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The Ship Wrecked by Wheat

It wasn’t all that long ago, back in 1961, that a ship was destroyed by the wheat it carried. Not many people know the story today, but it sounds like a real mess.

The S.S. Dominator caused a sensation in the South Bay of Los Angeles when it ran ashore on March 13, 1961 at Rocky Point in Palos Verdes Estates. Stuck there, its cargo load of wheat expanded so much it broke the hull. The captain and his crew had to abandon ship when it started taking on water, and the Coast Guard hadn't been able to tow them out. Then the thing burst into flames. The wet, gloppy, oatmeal-like wheat attracted so many flies, they became a neighborhood nuisance. The flies attracted an invasion of lobsters, which then attracted an influx of swimmers and fishermen. Scavengers tried to salvage whatever valuable materials they could before the Pacific Ocean tide washed it away.

But fascinatingly, that never happened. Over the last 50 years, people have mostly forgotten the Dominator shipwreck, and many born after the incident, or who have recently moved to the area, don't even know how to get to it.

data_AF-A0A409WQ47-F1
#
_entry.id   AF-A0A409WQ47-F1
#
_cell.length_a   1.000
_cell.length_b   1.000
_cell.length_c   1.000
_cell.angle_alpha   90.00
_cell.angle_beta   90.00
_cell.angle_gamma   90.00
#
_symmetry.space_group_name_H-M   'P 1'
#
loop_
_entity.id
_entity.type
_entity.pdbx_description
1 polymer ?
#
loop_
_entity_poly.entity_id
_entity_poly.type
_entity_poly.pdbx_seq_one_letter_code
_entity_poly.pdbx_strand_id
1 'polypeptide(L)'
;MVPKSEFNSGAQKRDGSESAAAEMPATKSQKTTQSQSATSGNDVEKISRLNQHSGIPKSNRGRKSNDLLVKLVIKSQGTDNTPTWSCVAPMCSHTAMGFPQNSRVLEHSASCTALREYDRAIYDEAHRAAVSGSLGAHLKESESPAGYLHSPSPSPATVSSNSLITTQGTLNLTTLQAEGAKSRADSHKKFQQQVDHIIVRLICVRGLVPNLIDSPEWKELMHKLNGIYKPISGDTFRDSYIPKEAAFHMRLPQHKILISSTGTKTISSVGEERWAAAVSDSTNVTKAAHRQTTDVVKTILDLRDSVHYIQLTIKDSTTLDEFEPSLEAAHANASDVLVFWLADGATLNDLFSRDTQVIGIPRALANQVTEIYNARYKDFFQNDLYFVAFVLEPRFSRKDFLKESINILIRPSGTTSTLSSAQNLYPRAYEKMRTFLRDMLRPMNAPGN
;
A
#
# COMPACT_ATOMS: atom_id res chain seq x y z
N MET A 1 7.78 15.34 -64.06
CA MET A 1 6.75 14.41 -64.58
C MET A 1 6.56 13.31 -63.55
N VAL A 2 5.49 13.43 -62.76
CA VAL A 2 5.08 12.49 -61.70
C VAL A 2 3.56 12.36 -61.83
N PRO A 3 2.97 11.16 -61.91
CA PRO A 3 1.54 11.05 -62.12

The Los Angeles Obscura Society knows where it is, and went to visit the shipwreck last month. Read what they found, what they found out about it, and see plenty of pictures at Atlas Obscura.

(Image credit: Flickr user Adam Ness)

Something similar happens to Horatio Hornblower in (I think) the first book. He is in command of a captured French freighter carrying rice, but unknown to him, it's been holed below the waterline.
The dangers of carrying some dry goods has been known for centuries!
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